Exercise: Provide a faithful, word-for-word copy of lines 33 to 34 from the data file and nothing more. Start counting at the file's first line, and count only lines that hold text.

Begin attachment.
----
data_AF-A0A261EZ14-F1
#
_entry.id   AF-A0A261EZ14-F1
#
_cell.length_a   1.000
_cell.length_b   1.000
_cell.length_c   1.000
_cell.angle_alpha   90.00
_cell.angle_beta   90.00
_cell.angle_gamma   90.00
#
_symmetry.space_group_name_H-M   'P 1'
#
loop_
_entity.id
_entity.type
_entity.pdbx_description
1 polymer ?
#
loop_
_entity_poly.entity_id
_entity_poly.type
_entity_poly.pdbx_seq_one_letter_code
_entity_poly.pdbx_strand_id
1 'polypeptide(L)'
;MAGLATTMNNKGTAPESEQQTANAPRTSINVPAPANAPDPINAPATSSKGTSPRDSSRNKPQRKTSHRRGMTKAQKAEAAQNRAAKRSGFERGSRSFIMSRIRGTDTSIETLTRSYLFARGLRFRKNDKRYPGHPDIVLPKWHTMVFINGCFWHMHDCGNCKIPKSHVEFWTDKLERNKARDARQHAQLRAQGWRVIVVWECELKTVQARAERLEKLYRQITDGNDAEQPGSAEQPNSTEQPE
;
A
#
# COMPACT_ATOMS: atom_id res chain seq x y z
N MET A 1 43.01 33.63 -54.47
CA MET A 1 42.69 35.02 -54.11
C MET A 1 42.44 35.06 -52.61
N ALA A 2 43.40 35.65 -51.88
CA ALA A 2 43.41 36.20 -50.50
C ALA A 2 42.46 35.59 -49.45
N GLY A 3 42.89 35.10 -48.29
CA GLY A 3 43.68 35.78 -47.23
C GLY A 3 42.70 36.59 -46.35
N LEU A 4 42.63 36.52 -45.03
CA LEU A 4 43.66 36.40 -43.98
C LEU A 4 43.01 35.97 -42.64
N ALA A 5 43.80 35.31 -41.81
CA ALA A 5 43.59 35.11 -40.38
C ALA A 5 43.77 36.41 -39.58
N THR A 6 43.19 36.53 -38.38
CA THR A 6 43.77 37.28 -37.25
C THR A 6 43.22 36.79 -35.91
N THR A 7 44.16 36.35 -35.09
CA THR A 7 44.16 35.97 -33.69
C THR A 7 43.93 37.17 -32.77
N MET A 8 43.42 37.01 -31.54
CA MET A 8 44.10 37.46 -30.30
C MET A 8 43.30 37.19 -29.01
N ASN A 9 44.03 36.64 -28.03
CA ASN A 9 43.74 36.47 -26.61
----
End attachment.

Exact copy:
C MET A 1 42.44 35.06 -52.61
N ALA A 2 43.40 35.65 -51.88